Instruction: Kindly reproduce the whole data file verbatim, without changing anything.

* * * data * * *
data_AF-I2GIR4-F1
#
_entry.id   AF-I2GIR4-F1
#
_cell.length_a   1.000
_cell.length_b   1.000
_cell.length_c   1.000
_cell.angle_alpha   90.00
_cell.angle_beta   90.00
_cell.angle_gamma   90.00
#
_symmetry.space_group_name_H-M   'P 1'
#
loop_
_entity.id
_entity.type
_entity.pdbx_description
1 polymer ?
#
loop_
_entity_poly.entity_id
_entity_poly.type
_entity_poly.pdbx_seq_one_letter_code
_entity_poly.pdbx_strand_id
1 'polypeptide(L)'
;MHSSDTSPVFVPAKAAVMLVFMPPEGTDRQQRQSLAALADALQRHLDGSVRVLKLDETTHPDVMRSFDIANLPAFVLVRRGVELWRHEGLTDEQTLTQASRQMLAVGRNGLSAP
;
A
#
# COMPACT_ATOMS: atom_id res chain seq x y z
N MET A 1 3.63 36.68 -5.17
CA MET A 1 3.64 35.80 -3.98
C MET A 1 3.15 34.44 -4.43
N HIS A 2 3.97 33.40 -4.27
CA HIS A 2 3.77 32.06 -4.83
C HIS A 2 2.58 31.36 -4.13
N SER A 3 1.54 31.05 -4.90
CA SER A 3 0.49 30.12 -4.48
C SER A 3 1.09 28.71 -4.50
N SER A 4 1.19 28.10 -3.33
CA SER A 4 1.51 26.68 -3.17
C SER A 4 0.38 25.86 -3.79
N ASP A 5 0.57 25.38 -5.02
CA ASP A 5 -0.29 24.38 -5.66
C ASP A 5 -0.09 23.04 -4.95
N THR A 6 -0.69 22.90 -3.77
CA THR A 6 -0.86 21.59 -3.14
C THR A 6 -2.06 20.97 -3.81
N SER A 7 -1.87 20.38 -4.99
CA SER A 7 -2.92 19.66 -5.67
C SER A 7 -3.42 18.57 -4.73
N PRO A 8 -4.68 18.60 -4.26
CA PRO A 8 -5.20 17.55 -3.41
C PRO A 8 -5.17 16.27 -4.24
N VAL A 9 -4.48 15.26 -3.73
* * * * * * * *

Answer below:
data_AF-I2GIR4-F1
#
_entry.id   AF-I2GIR4-F1
#
_cell.length_a   1.000
_cell.length_b   1.000
_cell.length_c   1.000
_cell.angle_alpha   90.00
_cell.angle_beta   90.00
_cell.angle_gamma   90.00
#
_symmetry.space_group_name_H-M   'P 1'
#
loop_
_entity.id
_entity.type
_entity.pdbx_description
1 polymer ?
#
loop_
_entity_poly.entity_id
_entity_poly.type
_entity_poly.pdbx_seq_one_letter_code
_entity_poly.pdbx_strand_id
1 'polypeptide(L)'
;MHSSDTSPVFVPAKAAVMLVFMPPEGTDRQQRQSLAALADALQRHLDGSVRVLKLDETTHPDVMRSFDIANLPAFVLVRRGVELWRHEGLTDEQTLTQASRQMLAVGRNGLSAP
;
A
#
# COMPACT_ATOMS: atom_id res chain seq x y z
N MET A 1 3.63 36.68 -5.17
CA MET A 1 3.64 35.80 -3.98
C MET A 1 3.15 34.44 -4.43
N HIS A 2 3.97 33.40 -4.27
CA HIS A 2 3.77 32.06 -4.83
C HIS A 2 2.58 31.36 -4.13
N SER A 3 1.54 31.05 -4.90
CA SER A 3 0.49 30.12 -4.48
C SER A 3 1.09 28.71 -4.50
N SER A 4 1.19 28.10 -3.33
CA SER A 4 1.51 26.68 -3.17
C SER A 4 0.38 25.86 -3.79
N ASP A 5 0.57 25.38 -5.02
CA ASP A 5 -0.29 24.38 -5.66
C ASP A 5 -0.09 23.04 -4.95
N THR A 6 -0.69 22.90 -3.77
CA THR A 6 -0.86 21.59 -3.14
C THR A 6 -2.06 20.97 -3.81
N SER A 7 -1.87 20.38 -4.99
CA SER A 7 -2.92 19.66 -5.67
C SER A 7 -3.42 18.57 -4.73
N PRO A 8 -4.68 18.60 -4.26
CA PRO A 8 -5.20 17.55 -3.41
C PRO A 8 -5.17 16.27 -4.24
N VAL A 9 -4.48 15.26 -3.73